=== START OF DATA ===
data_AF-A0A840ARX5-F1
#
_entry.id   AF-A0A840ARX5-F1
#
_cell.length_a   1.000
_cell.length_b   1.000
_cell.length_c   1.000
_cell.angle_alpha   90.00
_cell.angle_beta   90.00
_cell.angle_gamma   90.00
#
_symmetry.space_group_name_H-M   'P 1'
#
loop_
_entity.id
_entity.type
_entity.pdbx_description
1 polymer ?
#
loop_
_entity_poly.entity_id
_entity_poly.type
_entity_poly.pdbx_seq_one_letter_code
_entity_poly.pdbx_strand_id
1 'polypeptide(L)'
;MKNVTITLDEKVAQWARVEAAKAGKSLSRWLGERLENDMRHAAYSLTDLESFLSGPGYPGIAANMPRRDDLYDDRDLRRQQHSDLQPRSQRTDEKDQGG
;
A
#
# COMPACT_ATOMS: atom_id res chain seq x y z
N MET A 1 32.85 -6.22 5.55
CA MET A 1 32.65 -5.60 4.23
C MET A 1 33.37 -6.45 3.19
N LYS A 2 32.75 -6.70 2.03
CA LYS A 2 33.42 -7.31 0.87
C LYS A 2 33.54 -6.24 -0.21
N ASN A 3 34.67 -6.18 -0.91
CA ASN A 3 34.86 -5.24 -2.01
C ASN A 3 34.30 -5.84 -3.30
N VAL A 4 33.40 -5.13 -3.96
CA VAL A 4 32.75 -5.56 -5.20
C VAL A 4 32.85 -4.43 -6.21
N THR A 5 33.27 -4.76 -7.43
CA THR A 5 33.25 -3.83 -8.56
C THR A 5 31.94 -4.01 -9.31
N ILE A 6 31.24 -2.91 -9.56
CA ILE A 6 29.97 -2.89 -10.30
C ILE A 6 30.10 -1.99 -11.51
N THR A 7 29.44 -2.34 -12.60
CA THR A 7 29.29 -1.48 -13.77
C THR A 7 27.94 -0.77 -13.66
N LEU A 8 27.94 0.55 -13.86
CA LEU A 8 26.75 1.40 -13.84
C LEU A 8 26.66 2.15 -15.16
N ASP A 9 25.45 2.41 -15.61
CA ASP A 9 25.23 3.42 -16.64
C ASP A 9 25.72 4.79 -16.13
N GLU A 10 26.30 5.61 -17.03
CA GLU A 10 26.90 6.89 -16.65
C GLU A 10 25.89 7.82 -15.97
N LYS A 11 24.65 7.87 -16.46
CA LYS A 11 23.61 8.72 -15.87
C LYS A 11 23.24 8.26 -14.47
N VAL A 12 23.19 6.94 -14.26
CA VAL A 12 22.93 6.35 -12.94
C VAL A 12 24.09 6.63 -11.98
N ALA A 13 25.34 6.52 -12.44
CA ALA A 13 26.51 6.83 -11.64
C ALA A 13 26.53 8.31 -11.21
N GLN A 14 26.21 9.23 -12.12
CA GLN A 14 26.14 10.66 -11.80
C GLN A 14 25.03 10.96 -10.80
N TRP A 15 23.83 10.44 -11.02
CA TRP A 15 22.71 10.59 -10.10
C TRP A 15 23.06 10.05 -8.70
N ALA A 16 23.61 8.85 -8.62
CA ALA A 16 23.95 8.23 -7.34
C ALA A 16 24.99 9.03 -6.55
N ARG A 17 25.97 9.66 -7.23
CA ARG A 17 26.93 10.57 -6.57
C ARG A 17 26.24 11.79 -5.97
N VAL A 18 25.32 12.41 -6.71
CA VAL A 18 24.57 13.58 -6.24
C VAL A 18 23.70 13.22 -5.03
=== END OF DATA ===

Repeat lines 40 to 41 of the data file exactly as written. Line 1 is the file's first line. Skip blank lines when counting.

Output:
N VAL A 4 33.40 -5.13 -3.96
CA VAL A 4 32.75 -5.56 -5.20